CAR/DRC: Lives split over the Congolese border

Sébastien Jagla, MSF project coordinator in the north of Democratic Republic of Congo, describes the challenges to provide humanitarian assistance to Central African refugees, constantly on the move between two places and with no real home.

“Refugees from the Central African Republic (CAR) in the north of the Democratic Republic of Congo (DRC) can be invisible at times. Since mid-2017, tens of thousands have fled a brutal conflict and settled over the last months on the other side of the Ubangi river, in the Congolese districts of Gbadolite and Mobayi-Mbongo. The current number of refugees stands at approximately 42,000, fewer than the approximately 67,000 at the peak of the displacement some months ago.

It is difficult to trace them. Many are still looking after their fields and remaining properties just a few kilometres away and they go back sporadically to look for food and subsistence. They are constantly on the move, living in uncertainty as part time-refugees and part-time returnees, without really benefitting from either status and being subjected to violence and harassment by different parties on both sides of the river.

Mixing with the local communities

Some have managed to blend into the local communities or to live next to them in small settlements in villages and towns across the riverine Congolese border. They have built their own shelters: usually wooden huts. This allows them to fish and farm while remaining close to their country of origin. However, sometimes difficulties arise when accessing the existing resources and basic services.

Central African refugees in these areas are somewhat removed from the camps where humanitarian assistance from the DRC authorities and UNHCR is concentrated. They are also more difficult to access for the few aid organisations present in a remote region where logistics pose big challenges to intervening in a crisis which, on top of this, has not raised much attention.

Risky crossings

Many of the refugees continue to periodically cross over into CAR despite often facing violence by armed groups on the way or upon their temporary return to the country. As one refugee explained to us, some militiamen cut him with a machete because he went back to collect some remaining coffee harvest. The armed men argued that the refugee man was no longer entitled to harvest since he had chosen to live on the other side of the river.

Other refugees have spoken of similar accounts about their return journeys, but also stories of disputes with local Congolese people when accessing water points or dividing the manioc harvests they were allowed to collect for the benefit of both communities.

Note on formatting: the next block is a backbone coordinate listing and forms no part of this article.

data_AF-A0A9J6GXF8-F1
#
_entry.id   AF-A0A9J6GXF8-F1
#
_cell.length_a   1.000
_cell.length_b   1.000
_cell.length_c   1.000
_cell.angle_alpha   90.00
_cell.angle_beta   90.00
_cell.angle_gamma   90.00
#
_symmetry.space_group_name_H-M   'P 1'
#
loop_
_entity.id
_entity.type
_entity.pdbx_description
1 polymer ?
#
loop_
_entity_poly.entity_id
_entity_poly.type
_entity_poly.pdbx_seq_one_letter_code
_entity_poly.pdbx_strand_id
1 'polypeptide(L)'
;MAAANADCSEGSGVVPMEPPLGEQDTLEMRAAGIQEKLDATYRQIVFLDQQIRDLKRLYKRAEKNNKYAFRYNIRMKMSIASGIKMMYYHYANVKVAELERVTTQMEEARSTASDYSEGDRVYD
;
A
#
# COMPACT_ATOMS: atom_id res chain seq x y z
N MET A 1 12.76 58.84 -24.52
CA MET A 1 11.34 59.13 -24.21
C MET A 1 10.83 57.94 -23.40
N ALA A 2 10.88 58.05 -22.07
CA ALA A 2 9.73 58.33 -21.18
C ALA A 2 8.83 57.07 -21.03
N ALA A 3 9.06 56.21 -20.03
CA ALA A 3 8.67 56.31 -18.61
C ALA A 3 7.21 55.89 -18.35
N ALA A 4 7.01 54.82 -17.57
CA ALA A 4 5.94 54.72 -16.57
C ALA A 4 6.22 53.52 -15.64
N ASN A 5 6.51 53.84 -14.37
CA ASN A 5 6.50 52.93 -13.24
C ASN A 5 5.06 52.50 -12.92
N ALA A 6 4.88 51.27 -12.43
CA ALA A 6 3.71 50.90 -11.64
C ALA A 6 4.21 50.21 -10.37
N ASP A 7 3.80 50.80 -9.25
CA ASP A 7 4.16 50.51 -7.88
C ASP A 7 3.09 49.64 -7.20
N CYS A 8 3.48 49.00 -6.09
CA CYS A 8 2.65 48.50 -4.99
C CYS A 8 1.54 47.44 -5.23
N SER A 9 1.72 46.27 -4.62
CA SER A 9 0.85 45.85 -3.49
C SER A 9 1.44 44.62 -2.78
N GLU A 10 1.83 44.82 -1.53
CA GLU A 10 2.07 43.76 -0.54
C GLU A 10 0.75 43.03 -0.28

Scattered humanitarian assistance

These daily tensions and, more importantly, the risky returns to an obviously unsafe place, would probably be less prevalent if there were proper humanitarian assistance in place, but what we have seen over the past six months of intervention is that these crossings have become common practice, while the crisis has not managed to raise any kind of awareness.

While this may not be an emergency in terms of mortality and child malnutrition levels, our fixed and mobile teams have observed prevalent severe diseases, with malaria, diarrhoea and respiratory tract infections being the most common, a usual pattern in displacement crises. Our teams see very vulnerable people who deserve attention in a context in which the already limited health system and basic services have become clearly overstretched, consequently affecting the host community as well. The lack of visibility and knowledge of this vulnerable population undermines the capacity to address their needs.”


MSF worked between mid-September 2017 and the end of March 2018 supporting two hospitals and nine health centres in the northern Congolese districts of Gbadolite and Mobayi-Mbongo and running mobile clinics for both refugees and the host community.

Teams provided more than 38,600 medical consultations, admitted 3,970 inpatients, treated nearly 2,000 children under five for malnutrition and vaccinated 20,000 children for measles as part of a vaccination campaign against a range of other diseases. Its logistical teams have also helped to improve water and sanitation conditions by constructing 13 boreholes and rehabilitating other water sources.

The intervention has now been handed over to the Ministry of Health after some staff received training, while MSF keeps a surveillance system in Nord-Ubangi province in order to be ready to intervene should an emergency develop.

Since May 2017, MSF has also been providing medical care in the village of Ndu, east of Gbadolite, to more than 12,000 refugees from the Central African city of Bangassou. After an attack on its staff last November, MSF suspended its activities in Bangassou but continues to provide remote support to CAR refugees in Ndu.